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Citizen Fed

Would citizen economists be able to do a better job than the jaded professionals who’ve missed the last two stock market bubbles and the recent housing market meltdown?

The venerable Ladies Home Journal has just announced that, starting with its March issue, the majority of the 128-year-old magazine’s content will be supplied by readers. Seemingly, the Journal will trawl the Internet for pertinent material written by non-professionals, quasi-professionals, gifted amateurs, self-starting neophytes and perhaps even enthusiastic hobbyists.

This is a practice that has already been used with considerable success by airline magazines, which discovered ages ago that nobody reads those stories about 112 places to eat in suburban Budapest anyway. Cynics might suggest that the Journal’s new policy is a cunning ploy to trim editorial costs by soliciting material from rank amateurs and just plain folks, sometimes referred to as “citizen journalists.” But cynics are always being cynical.

The truth is, no matter how badly the material is written, no matter how poorly it is organized, and no matter how many times the author cites the canny wisdom of dear old Aunty Miranda, even the most incoherent or fatuous writing can be whipped into shape by experienced editors, provided the material itself is informative, enlightening, groundbreaking or amusing. The magazine itself is on record as saying that its new editorial policy will further empower women, in part by allowing the voices of ordinary people to be heard.

As a professional journalist, I should be expected to deplore this development, seeing as it sends even more of my colleagues to the sidelines. Nonetheless, I do not deplore this development; in fact, I welcome it. This is a harsh, Darwinian world we live in, and we must all get used to it. The Internet has changed the way the press does business and that change is incontrovertible, so there is no use crying over spilt milk.

The long and the short of it is: If amateurs can do a better job than professionals, then the professionals had better start doing a better job themselves. Otherwise, they’re all going to be out of work. To which I say: Good riddance!

Many, perhaps most, contributors to general interest magazines are slothful hacks, and this will either light a fire under them or force them into another line of work. Gardening, perhaps. The same goes for sportswriters, an oxymoron if there ever was one; anybody armed with a television can do what most of them do for a living. In fact, I am so enthralled by the idea of citizen journalists that I would like to see the concept expanded to various other fields.

Am I the only one who thinks that citizen economists might be able to do a better job than the jaded professionals who’ve missed the last two stock market bubbles and the recent housing market meltdown? Take a gander at these ding-dongs’ predictions for the last couple of economic cycles and tell me that citizen econometricians couldn’t do a better job. To their ranks might readily be added citizen interestrate forecasters, citizen technical analysts and citizen pension-fund managers.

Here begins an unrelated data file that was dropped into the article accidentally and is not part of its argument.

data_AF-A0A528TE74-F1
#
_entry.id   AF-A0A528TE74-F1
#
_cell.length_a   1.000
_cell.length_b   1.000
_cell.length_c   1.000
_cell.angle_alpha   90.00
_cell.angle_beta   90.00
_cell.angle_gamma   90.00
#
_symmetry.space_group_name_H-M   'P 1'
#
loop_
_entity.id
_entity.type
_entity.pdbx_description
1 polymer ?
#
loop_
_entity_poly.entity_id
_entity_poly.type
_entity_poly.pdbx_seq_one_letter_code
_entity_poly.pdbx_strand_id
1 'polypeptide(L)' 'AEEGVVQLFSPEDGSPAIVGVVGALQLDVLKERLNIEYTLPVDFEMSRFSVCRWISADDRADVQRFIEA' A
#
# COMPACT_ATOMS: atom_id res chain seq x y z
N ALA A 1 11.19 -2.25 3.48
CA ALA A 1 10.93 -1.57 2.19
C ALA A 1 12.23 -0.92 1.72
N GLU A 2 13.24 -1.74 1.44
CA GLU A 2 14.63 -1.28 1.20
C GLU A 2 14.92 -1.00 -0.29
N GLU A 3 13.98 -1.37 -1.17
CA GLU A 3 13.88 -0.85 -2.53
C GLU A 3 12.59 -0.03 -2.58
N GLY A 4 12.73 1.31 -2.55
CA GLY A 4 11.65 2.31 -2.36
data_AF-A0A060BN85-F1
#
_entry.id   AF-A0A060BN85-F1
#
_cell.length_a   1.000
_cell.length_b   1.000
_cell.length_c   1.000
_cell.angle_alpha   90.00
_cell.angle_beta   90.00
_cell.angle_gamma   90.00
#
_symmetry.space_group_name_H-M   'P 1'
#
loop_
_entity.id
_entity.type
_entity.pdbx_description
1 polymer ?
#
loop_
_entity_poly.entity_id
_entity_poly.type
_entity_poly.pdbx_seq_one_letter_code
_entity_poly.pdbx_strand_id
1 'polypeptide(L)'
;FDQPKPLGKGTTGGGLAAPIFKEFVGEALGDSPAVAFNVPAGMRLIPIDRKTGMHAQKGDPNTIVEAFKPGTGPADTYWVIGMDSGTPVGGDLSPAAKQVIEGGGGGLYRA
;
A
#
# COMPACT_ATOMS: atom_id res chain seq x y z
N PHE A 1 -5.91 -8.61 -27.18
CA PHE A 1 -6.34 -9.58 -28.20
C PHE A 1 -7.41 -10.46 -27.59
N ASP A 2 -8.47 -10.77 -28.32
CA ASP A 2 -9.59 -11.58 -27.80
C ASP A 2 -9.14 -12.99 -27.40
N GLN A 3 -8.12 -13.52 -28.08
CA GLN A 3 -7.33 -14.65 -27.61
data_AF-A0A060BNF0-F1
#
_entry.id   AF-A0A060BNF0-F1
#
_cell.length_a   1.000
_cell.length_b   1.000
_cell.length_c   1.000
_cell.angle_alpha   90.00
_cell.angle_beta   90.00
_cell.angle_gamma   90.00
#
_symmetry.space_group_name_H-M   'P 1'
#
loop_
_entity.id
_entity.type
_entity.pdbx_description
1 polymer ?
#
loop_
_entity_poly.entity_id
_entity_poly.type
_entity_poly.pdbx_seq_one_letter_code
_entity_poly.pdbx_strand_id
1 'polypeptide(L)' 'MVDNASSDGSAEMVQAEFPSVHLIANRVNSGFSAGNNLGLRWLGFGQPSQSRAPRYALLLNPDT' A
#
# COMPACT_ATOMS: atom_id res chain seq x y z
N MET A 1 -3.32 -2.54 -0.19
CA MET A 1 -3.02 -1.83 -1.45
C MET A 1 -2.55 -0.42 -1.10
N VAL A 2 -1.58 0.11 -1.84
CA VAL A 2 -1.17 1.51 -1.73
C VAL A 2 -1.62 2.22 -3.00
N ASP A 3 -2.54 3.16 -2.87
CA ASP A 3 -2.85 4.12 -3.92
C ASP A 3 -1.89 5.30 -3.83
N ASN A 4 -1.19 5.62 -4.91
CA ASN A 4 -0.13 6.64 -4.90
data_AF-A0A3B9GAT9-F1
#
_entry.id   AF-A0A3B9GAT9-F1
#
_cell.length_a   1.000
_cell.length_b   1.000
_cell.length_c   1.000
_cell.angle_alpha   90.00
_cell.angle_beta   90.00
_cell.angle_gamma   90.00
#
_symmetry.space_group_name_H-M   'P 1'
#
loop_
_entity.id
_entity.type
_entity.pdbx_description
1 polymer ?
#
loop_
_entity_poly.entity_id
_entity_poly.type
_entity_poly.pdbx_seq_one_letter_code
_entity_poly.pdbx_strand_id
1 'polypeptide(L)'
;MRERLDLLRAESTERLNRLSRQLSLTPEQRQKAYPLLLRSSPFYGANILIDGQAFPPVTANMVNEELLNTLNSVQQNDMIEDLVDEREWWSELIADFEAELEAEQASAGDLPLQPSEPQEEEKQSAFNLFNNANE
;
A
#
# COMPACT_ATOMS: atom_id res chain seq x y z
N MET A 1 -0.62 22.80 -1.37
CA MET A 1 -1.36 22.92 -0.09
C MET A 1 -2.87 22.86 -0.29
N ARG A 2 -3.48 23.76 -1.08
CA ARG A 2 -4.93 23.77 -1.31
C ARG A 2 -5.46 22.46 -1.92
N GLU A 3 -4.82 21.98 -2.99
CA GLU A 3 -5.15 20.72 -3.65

You only need to take a peek at what’s been going on in Greece, Iceland, Ireland, Spain and Portugal to realize that professional economists, stock market analysts and rating agencies have persistently missed the mark in the past few years—and it’s cost investors plenty. That’s why I think we should all take a page from Ladies Home Journal and try something bold, iconoclastic and new. Out with the pros! In with the amateurs! The worst that can happen is that they fail. Big deal. Join the club.

Are there any other areas where amateurs could bring greater energy, more vim and vigor, and a welcome, new perspective to the table? Sure. Citizen alternative fuels experts can’t do any worse than the pros who brought you ethanol. Citizen computer manual writers couldn’t possibly be any less helpful or less communicative than the guys who write PC user manuals today. For similar reasons, I am also in favor of citizen attorneys, citizen mortgage bankers, citizen landscape designers, citizen wine critics and even citizen tribute bands.

Not all human activities lend themselves to this dynamic, of course. Citizen heart surgeons? Not so sure about that one; it could get messy. For similar reasons, any attempt to replace seasoned root-canal engineers with citizen orthodontists must be viewed with trepidation, if not outright horror. I’m also not so sure about citizen proctologists, citizen airplane pilots, citizen nuclear power plant monitors and citizen SWAT teams. I’m just not convinced we want amateurs handling AK-47s.

On the other hand, citizen veterinarians doesn’t seem like such a bad idea; only Fido and Fifi are going to be any the wiser, should things take an unpleasant turn. Same deal with citizen chefs. Last but not least, I think we should all give serious thought to establishing a Citizens Federal Reserve. Greenspan and Bernanke messed up big time with the subprime housing mess, so; let’s give Mr. John Q. Public a shot at it. Actually, I think that’s what Rick Perry was proposing all along.

About Joe Queenan

Joe Queenan is a regular contributor on business issues, corporate culture, and financial follies to Barron's and The Wall Street Journal.